Introduction of Capital Assets by a Partner

‣ Any capital asset brought in by a partner would be liable to tax in his hands in terms of section 45(3) of the IT Act. The amount at which such capital asset is to be credited in books is governed by Rule 23 of the LLP Rules. The said Rule provides that the capital asset shall be valued by a practicing Chartered Accountant / Cost Accountant / Approved Valuer.

Revaluation of Assets

‣ Revaluation of assets by LLP and credit of the revalued amount to the capital account of the partners does not entail to transfer u/s. 2(47) and so does not give rise to taxable capital gains. Further, such increased capital balances can be considered for calculating interest u/s. 40(b).

Conversion of Partnership Firm into LLP

Section 55 read with Schedule II provide for conversion of a partnership firm into LLP. A partnership firm can be converted into LLP:

a) if the partners of the LLP into which the firm is to be converted comprises all partners of the general partnership firm and no one else;

b) All property, assets, interests, rights, privileges, liabilities, obligations and undertaking of the general partnership firm are transferred to LLP in accordance with Schedule II.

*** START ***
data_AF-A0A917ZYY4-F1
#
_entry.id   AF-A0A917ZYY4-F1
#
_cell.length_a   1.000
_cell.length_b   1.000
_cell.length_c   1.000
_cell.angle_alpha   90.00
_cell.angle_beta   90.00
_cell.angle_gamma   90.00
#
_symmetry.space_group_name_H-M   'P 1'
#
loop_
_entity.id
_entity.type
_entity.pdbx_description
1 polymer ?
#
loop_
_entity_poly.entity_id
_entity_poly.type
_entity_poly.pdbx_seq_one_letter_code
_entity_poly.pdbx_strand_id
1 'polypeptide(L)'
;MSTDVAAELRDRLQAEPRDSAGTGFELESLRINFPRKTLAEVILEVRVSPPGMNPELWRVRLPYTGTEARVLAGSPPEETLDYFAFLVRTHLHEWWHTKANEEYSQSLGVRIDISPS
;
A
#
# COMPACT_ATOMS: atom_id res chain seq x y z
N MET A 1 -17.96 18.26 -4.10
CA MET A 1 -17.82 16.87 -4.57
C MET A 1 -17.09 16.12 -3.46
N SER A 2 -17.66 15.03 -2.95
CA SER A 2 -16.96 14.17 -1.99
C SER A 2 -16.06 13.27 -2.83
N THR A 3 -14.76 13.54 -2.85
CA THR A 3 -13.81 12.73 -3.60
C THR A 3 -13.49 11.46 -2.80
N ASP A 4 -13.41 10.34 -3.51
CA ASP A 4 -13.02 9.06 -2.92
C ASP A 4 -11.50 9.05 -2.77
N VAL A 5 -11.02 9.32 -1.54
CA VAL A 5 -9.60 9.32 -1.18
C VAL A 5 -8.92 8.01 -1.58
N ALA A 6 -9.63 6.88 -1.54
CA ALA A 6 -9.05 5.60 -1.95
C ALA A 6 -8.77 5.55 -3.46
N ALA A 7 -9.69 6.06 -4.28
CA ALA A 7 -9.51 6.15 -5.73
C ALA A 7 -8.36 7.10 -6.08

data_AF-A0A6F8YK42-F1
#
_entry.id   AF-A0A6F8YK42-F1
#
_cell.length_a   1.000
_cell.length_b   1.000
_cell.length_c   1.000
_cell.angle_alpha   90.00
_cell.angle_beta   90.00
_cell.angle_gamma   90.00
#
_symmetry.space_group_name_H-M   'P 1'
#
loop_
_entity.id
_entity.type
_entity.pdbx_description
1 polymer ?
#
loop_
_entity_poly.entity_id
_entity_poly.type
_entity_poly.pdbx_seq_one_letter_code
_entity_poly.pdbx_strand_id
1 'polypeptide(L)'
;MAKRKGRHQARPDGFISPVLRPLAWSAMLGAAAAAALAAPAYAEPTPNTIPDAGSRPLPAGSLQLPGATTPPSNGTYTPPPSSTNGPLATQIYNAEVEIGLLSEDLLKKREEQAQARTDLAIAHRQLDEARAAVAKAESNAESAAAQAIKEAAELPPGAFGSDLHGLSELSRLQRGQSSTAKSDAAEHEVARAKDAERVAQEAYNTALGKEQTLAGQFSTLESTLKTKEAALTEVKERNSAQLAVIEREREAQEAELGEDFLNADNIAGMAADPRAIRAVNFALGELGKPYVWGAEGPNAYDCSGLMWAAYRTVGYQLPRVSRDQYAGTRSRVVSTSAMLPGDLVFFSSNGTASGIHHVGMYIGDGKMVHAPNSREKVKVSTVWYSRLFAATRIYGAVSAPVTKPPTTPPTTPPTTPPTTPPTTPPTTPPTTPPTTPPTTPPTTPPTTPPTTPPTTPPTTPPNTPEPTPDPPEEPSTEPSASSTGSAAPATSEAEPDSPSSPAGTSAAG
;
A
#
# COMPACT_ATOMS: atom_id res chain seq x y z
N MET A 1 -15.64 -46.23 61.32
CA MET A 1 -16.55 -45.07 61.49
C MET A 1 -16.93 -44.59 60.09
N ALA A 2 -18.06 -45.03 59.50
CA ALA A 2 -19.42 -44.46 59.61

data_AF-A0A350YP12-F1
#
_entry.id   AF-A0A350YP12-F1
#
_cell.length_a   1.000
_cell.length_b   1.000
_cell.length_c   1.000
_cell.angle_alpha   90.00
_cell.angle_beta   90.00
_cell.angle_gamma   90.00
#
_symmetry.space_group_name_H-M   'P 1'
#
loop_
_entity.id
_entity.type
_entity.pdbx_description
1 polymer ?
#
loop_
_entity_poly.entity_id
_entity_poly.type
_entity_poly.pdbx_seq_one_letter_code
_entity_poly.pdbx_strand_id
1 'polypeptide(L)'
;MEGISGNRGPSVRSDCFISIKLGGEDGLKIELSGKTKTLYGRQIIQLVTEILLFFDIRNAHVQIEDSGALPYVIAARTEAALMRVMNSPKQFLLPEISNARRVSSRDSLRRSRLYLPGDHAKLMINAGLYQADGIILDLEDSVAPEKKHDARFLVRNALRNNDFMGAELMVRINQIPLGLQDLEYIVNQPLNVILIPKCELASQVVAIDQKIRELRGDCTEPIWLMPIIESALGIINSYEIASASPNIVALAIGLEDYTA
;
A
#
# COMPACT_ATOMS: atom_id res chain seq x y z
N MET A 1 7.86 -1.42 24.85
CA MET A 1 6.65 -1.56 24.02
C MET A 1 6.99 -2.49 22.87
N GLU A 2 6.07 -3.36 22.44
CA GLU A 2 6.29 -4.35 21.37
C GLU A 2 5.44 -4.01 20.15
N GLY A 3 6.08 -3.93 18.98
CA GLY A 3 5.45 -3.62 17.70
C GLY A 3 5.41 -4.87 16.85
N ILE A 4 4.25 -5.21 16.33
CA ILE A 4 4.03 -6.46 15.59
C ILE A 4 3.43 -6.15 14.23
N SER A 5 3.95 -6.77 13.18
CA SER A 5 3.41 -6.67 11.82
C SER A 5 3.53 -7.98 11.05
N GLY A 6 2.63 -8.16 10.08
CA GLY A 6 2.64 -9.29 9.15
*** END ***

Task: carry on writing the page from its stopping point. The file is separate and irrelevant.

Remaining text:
If the above conditions are satisfied, the conversion shall not be regarded as transfer and consequently provisions relating to transfer of capital asset are not triggered.

Speed Breakers on conversion of a general partnership firm into LLP

Though LLP enjoys the benefits of limited liability over general partnership firm, yet one must consider the below speed breakers before deciding on conversion of a firm into LLP:

• For tax purposes, no special benefit is given to LLP compared to a Firm;

• LLP has more disclosure requirements and compliances as compared to a Firm;

• Annual Statement of accounts and Solvency and Annual Return is required to be filed with the Registrar of LLP every year;

• Cost of formation/conversion of LLP is higher;

• Heavy penalties suffered by LLP incase of delayed filings;

• More Government intervention as compared to a firm;

• Applicability of stamp duty on conversion of a Firm to LLP is prone to litigation;

• Difficult to dissolve or wind-up as compared to a partnership firm.

Conversion of private/unlisted Co. into LLP

Section 56 and 57 of the LLP Act read with Schedule III and IV provide for conversion of a private limited company and an unlisted public company respectively into LLP.

As per Schedule III and IV of the LLP Act, a private company and an unlisted public company may be converted into an LLP if the below conditions are fulfilled:

a) there is no security interest subsisting on the assets of the company at the time of application of conversion;

b) The partners of the LLP to which it converts consists of the shareholders of the company and no one else.

Further, to encourage certain companies to operate in LLP format section 47(xiiib) of the IT Act exempts the conversion subject to fulfilment of below mentioned conditions: